- Wednesday, August 16 marks solid downturn in stock value
- American casino & gaming brands lose billions
- Next recession probably coming, but no concerns expressed by the sector’s leaders
Casino brands lose billions of market value on first recession signs in the U.S. Yet, brands remain cautiously determined in terms of investment portfolios.
A Recession Hits U.S. Casino Market, Or Does It?
On Wednesday, the stock market took a tumble, writing off billions of stock valuation for some of the major U.S. casino brands. Some of the biggest losers were Wynn Resorts Ltd. which saw trade day on Friday, August 16 close at $105.55 per share whereas a week prior, the trade ran at $107.87.
Meanwhile, Boyd Gaming Corp. saw its share price go down to $23.01 from $24.41 a week before. The Treasury itself slipped below the 2-year yields, sending a warning sign of a potential recession – big time, even though the White House is not entirely convinced.
Yet, the casino industry is composed, as affirmed by Union Gaming analyst John DeCree who doesn’t think any big brand would make immediate changes to its investment strategy. In fact, most good investment projections must have included recession on the way.
Yet, DeCree sees a reason why companies would treat any new endeavors with caution. So while you wouldn’t see Hard Rock go back on $200 million renovation investment in the Hard Rock Hotel & Casino Las Vegas becoming Virgin Hotels – which GamblingNews famously misreported – companies may yet second-guess any big commitment over the next 12 months.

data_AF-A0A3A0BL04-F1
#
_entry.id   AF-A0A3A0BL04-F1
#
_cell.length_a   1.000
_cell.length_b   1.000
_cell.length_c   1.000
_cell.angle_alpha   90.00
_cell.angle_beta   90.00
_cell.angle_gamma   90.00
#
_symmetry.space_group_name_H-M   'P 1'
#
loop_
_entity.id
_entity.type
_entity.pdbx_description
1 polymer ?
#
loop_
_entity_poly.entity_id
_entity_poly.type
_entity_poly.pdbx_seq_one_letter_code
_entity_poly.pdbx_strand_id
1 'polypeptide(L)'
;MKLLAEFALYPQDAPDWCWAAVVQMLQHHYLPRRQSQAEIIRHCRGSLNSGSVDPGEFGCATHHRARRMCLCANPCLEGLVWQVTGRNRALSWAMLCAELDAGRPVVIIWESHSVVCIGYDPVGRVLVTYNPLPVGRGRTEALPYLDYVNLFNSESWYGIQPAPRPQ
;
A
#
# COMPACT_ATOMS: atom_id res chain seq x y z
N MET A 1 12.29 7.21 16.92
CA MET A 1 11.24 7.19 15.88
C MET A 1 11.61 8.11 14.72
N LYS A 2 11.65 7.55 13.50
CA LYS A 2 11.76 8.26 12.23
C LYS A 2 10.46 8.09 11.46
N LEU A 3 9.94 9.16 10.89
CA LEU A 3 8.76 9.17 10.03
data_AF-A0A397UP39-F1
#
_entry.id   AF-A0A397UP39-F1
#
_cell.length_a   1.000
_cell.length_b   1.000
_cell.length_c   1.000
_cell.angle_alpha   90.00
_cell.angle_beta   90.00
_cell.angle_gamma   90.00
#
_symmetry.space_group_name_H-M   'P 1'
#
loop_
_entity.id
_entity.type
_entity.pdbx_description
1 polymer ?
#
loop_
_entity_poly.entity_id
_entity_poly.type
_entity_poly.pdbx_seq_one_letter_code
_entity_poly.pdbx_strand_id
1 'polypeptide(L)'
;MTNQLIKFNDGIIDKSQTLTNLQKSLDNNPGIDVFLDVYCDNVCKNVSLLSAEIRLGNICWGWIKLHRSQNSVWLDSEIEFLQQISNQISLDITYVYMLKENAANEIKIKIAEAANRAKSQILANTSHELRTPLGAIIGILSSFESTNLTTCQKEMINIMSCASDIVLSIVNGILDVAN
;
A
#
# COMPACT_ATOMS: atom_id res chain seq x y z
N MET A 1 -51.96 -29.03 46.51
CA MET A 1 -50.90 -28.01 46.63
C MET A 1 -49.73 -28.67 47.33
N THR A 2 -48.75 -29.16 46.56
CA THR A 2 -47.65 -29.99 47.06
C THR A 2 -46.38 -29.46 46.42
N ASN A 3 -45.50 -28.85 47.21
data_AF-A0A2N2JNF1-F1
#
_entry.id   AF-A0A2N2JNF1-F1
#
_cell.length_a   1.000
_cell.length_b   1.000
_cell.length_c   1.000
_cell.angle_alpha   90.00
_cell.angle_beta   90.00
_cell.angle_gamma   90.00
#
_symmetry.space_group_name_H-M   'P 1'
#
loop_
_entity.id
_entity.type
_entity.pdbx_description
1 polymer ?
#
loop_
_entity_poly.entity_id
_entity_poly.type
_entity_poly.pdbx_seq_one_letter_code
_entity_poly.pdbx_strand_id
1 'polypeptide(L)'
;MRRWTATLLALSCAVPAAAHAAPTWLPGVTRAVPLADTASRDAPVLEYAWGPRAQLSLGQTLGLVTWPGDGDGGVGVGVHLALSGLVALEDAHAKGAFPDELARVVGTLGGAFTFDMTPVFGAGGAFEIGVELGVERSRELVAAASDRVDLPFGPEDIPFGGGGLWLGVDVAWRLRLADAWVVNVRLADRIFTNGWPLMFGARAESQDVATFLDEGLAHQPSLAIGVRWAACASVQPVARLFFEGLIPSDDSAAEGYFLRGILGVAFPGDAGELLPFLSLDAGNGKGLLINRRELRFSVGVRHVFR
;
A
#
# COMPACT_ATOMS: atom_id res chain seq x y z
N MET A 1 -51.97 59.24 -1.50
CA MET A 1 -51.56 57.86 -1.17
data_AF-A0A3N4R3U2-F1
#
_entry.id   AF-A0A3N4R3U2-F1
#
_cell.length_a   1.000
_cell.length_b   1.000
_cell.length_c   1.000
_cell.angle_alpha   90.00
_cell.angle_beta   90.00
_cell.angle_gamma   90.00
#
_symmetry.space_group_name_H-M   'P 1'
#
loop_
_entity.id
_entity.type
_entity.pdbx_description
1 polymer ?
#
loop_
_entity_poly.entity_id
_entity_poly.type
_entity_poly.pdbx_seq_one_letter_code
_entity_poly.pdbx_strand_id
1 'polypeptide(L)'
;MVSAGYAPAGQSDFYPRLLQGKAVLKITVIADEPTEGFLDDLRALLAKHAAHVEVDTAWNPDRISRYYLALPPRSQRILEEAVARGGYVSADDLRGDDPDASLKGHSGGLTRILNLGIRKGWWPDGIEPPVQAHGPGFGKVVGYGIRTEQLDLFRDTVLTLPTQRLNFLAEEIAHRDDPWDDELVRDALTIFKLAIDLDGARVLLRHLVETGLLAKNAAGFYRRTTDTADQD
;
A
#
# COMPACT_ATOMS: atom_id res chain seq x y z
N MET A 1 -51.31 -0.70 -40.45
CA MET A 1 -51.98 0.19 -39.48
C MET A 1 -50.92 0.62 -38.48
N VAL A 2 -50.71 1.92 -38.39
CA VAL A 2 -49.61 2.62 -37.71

Some companies might want to see what happens next – if the stock share starts sliding, then broader changes in investment structure and plans could be necessary. Boyd’s spokesperson, David Strow, confirmed that there would be no immediate changes to how the company treated any of its commitments.
Most brands have kept quiet about the recent stock development – perhaps most don’t consider it necessary at this point, as there is no clear trend yet.
Casinos and Consumers: Different Sides, Same Coin
Yet, one things casinos will need to consider is also their visitors’ spending power. Big companies usually operate too much cash to be in immediate danger, but when players cannot afford to put down as much on gaming, then Las Vegas and other hotbeds around the U.S. could see their industry affected.
What is fairly certain is that recession is on its way, although no-one is entirely sure how this would play out. Economists haven’t been too worried, but they have cautioned about an upcoming downturn in global economy.
The U.S. casino market has all the reasons to be concerned, but not panic. Everyone seems prepared to withstand the next tumble in the global economy – when it arrives.